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Quote of the day: Such a lethargy had come over his spirit
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History of Rome (Ab Urbe Condita) by Livy
Translated by Rev. Canon Roberts
Book IX Chapter 42: War with the Sallentines and Samnites.[307-6 BC]
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After bringing to a victorious close the war which had been allotted to his colleague, Fabius returned to his own sphere of action. As he had conducted operations with such success the senate followed the precedent set by the people in the previous year and extended his command for a third year in spite of the strenuous opposition of Appius Claudius who was now consul, the other consul being Lucius Volumnius. I find in some annalists that Appius was a candidate for the consulship while he was still censor, and that Lucius Furius, a tribune of the plebs, stopped the election until he had resigned his censorship. A new enemy, the Sallentines, had appeared, and the conduct of this war was assigned to his colleague; Appius himself remained in Rome with the view of strengthening his influence by his domestic administration, as the attainment of military glory was in other hands. Volumnius had no cause to regret this arrangement, he fought many successful actions and took some of the enemy's cities by storm. He was lavish in distributing the spoil, and this generosity was rendered still more pleasing by his frank and cordial manner; by qualities such as these he made his men keen to face any perils or labours.

Quintus Fabius, as proconsul, fought a pitched battle with the Samnites near the city of Allifae. There was very little uncertainty as to the result; the enemy were routed and driven to their camp, and they would not have held that had more daylight been left. Before night, however, their camp was completely invested, so that none could escape. On the morrow while it was still twilight they made proposals for surrender, and their surrender was accepted on condition that the Samnites should be dismissed with one garment apiece after they had all passed under the yoke. No provision had been made for their allies, and as many as 7000 of them were sold into slavery. Those who declared themselves Hernicans were separated and placed under guard; subsequently Fabius sent them all to the senate in Rome. After inquiries had been made as to whether they had fought for the Samnites against Rome as conscripts or as volunteers, they were committed to the custody of the Latin cities. The new consuls, Publius Cornelius Arvina and Quintus Marcius Tremulus, were ordered to bring the whole question of the prisoners before the senate. The Hernicans resented this, and a national council was held at Anagnia in what they call the Maritime Circus; the whole nation thereupon, with the exception of Aletrium, Ferentinae, and Verulae, declared war against Rome.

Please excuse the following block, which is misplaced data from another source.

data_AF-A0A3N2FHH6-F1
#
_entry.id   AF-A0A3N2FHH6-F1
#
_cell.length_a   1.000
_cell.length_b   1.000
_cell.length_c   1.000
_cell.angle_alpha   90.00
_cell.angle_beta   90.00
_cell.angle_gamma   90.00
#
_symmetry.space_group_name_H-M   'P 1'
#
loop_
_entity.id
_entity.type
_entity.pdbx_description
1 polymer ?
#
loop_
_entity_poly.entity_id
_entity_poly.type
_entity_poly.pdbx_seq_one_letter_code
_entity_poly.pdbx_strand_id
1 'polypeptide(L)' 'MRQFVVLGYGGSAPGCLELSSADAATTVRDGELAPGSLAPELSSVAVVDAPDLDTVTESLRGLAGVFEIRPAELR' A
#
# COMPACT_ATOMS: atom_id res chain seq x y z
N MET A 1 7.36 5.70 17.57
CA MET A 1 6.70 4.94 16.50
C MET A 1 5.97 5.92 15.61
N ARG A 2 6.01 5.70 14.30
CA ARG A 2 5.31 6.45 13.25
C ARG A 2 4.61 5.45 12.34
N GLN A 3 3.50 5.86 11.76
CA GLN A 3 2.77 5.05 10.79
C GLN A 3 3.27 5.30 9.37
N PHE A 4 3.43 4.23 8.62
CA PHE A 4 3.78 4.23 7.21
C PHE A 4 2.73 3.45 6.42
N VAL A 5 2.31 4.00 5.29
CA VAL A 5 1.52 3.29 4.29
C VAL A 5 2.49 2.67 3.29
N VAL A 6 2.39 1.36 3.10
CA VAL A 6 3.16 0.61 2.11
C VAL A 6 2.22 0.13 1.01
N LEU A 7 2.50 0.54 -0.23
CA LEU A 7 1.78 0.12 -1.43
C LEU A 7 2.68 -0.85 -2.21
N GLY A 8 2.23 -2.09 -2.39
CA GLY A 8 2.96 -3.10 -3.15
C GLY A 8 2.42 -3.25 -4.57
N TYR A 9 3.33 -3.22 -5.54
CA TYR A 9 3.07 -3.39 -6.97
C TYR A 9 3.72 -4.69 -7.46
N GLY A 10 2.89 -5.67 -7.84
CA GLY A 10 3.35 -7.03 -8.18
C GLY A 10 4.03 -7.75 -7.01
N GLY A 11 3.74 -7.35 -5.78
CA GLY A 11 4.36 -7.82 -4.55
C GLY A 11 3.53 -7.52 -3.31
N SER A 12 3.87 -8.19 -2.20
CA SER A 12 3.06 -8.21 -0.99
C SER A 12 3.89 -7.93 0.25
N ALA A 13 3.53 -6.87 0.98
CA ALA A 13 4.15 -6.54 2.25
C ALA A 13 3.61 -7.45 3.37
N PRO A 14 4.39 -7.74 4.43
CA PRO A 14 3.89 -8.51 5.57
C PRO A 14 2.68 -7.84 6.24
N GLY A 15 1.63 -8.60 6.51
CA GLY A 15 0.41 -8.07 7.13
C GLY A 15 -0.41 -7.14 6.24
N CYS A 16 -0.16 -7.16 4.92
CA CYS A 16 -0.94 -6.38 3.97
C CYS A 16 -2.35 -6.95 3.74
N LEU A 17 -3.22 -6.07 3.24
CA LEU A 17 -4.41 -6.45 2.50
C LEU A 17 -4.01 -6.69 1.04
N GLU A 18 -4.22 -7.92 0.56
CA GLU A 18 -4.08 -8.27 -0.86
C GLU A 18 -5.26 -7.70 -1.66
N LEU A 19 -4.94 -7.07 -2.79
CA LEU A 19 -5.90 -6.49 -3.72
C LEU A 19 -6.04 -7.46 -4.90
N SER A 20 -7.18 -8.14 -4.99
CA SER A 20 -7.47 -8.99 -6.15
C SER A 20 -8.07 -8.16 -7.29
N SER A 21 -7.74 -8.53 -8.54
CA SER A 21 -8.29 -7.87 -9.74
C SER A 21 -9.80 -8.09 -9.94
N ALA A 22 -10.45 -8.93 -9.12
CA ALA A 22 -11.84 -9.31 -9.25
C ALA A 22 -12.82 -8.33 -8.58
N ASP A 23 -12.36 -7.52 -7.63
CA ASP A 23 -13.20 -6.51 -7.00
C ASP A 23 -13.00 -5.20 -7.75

Events: War with the Sallentines, War with Saticula and Samnites